nep-eff New Economics Papers
on Efficiency and Productivity
Issue of 2023‒10‒16
eleven papers chosen by

  1. Integrated approaches for agricultural sustainability and productivity assessments By Ben Henderson; Jussi Lankoski
  2. Human Capital Misallocation and Output per Worker Differences: Beyond Cobb-Douglas By Trenczek, Jan; Wacker, Konstantin M.
  3. Determinants of public sector efficiency: a panel database from a stochastic frontier analysis By Ablam Estel Apeti; Bao-We-Wal Bambe; Aguima Aime Bernard Lompo
  4. The Effects of Subsidies on Firm Size and Productivity By Bearzotti, Enia; Polanec, Sašo; Bartolj, Tjaša
  5. Declining Business Dynamism in Europe: The Role of Shocks, Market Power, and Technology By Filippo Biondi; Sergio Inferrera; Matthias Mertens; Javier Miranda
  6. Committing to Grow: Privatizations and Firm Dynamics in East Germany By Ufuk Akcigit; Harun Alp; André Diegmann; Nicolas Serrano-Velarde
  7. Welfare Accounting By Eduardo Dávila; Andreas Schaab
  8. Impact of the Loan Guarantees Program Reactiva on the Performance of Peruvian Companies By Marcos Ceron; Gerald Cisnero; Rafael Nivin
  9. Inputs, outputs and living standards in rural China during the 1920s and 30s: a quantitative analysis By Wang, Yuton; Guo, Jingyuan; Deng, Kent
  10. The Micro-Aggregated Profit Share By Thomas Hasenzagl; Luis Perez
  11. Immigration and the Labour Market: An Empirical Investigation of Wages, Productivity and Workers’ Substitutability By Valentine Fays

  1. By: Ben Henderson; Jussi Lankoski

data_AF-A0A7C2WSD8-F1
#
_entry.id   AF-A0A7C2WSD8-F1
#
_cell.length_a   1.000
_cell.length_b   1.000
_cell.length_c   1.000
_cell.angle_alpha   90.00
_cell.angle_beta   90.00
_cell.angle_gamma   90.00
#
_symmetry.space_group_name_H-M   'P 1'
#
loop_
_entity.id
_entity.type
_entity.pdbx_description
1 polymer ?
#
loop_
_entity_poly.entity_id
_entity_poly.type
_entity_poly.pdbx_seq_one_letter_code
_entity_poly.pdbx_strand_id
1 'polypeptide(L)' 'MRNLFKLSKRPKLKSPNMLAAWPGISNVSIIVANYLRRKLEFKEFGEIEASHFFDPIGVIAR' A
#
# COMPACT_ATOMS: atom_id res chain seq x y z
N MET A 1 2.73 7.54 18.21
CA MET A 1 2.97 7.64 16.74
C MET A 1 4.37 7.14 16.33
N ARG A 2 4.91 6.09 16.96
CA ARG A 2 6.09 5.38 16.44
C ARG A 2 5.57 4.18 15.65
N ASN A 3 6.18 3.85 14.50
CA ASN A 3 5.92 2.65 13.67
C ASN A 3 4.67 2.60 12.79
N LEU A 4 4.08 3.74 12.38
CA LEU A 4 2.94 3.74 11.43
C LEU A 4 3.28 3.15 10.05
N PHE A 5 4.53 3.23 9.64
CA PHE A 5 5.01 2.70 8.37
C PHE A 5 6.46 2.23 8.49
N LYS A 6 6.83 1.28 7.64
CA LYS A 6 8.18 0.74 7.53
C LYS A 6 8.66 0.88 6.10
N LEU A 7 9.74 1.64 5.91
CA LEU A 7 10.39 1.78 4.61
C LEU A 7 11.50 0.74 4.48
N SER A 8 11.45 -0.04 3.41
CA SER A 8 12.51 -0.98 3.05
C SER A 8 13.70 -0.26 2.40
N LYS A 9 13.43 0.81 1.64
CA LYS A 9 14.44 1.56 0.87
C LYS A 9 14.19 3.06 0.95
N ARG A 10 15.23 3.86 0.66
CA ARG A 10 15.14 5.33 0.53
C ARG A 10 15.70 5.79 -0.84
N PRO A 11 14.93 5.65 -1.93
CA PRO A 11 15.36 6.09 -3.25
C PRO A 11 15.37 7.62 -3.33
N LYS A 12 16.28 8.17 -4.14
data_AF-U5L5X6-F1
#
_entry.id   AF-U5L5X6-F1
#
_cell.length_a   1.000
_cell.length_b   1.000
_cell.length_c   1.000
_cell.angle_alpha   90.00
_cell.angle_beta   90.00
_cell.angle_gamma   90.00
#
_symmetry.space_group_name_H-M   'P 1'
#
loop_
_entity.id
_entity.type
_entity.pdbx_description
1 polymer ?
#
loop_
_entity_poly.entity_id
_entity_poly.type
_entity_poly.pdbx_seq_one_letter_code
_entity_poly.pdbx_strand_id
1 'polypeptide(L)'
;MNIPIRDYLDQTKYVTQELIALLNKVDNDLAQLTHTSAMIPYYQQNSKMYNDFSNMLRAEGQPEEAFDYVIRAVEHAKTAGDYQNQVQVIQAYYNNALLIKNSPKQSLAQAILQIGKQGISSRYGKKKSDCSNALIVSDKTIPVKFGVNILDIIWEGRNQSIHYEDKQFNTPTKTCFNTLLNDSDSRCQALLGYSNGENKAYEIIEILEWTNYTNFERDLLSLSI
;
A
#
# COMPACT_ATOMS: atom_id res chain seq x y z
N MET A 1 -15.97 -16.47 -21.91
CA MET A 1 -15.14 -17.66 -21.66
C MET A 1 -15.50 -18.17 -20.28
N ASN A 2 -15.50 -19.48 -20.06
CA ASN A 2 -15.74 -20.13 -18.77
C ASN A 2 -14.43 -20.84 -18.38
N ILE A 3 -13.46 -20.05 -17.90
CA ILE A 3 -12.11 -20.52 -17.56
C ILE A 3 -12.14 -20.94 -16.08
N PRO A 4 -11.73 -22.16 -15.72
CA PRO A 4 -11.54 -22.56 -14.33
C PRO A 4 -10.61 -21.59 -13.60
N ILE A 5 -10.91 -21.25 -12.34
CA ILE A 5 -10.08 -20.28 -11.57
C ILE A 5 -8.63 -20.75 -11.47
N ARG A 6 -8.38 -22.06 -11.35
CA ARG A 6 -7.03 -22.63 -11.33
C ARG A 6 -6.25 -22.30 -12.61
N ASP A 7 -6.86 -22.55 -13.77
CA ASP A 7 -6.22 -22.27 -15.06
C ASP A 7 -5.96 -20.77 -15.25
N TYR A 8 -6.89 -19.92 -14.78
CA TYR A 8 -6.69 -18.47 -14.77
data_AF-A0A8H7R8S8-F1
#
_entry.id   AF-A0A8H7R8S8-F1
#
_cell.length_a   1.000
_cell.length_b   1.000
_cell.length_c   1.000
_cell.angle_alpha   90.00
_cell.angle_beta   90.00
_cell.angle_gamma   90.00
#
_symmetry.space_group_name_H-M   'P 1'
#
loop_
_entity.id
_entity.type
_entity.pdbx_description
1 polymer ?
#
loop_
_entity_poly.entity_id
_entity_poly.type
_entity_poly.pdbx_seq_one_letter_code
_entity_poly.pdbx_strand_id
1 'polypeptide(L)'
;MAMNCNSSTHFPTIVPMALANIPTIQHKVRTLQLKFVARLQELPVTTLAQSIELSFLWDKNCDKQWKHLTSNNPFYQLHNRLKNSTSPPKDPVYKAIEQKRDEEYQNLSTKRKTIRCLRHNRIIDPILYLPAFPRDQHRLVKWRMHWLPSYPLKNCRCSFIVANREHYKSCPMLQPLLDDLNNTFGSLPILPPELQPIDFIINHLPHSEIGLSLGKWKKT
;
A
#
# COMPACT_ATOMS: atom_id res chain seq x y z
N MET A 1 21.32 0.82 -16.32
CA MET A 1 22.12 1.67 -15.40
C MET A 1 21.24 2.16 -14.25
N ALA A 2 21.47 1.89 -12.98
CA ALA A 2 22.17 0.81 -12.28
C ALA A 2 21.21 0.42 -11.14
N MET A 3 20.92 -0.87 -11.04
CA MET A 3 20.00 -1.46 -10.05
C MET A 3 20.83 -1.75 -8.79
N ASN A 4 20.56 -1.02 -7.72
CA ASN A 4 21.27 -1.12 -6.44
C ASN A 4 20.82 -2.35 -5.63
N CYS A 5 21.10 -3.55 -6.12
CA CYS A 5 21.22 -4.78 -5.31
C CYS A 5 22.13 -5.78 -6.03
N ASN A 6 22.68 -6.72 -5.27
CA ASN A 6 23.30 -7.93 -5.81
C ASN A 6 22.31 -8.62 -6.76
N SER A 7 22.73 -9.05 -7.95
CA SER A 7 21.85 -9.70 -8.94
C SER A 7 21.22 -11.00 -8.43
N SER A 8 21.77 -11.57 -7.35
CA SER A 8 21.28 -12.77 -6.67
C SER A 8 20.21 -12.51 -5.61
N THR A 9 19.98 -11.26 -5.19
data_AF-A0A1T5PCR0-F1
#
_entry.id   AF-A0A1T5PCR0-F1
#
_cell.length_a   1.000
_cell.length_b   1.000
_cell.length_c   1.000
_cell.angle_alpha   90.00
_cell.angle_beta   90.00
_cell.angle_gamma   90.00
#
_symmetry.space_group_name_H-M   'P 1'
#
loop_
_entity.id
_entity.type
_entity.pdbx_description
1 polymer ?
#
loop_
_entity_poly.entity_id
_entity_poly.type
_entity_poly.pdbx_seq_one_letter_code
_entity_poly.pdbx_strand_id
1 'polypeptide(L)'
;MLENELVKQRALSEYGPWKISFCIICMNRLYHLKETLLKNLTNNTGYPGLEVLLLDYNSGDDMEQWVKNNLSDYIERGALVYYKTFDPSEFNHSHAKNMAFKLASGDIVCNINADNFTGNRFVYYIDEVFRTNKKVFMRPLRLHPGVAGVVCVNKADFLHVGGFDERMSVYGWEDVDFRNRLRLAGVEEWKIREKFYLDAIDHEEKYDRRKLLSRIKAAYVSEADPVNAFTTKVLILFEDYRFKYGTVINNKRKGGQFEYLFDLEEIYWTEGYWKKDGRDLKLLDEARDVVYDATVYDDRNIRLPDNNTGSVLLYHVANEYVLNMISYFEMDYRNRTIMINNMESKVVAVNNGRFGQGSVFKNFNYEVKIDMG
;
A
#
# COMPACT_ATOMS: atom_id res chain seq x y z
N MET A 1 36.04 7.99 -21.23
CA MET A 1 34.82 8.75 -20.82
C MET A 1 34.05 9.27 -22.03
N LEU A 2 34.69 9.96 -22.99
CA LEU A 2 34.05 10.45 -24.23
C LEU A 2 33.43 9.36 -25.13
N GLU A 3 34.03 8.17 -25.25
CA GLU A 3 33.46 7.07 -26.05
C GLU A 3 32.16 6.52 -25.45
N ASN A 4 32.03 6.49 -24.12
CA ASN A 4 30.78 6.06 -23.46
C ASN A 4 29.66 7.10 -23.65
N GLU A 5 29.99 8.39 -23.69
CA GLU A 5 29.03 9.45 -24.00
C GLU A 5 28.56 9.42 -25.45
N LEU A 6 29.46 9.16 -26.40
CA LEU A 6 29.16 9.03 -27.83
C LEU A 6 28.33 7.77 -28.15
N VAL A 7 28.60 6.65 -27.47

Abstract: Increasing agricultural productivity growth sustainably can help to address the triple challenge of providing sufficient affordable and nutritious food for a growing global population, while supporting sector livelihoods and improving environmental outcomes. However, challenges remain in measuring environmentally sustainable productivity growth. This study uses alternative approaches to address these challenges and provides answers to the following questions: i) has Total Factor Productivity (TFP) growth coincided with improved environmental outcomes?; and ii) has the agricultural productivity and environmental performance of countries improved over time? While there is compelling evidence that TFP growth has helped countries to expand agricultural output and reduce greenhouse gas emissions per unit of output, these emissions increased in absolute terms for about half of the OECD countries assessed and nitrogen surpluses increased for about one-third. While these environmental impacts would have been larger if output had expanded in the absence of productivity growth, there is room to steer innovation in the sector in a more environmentally sustainable direction.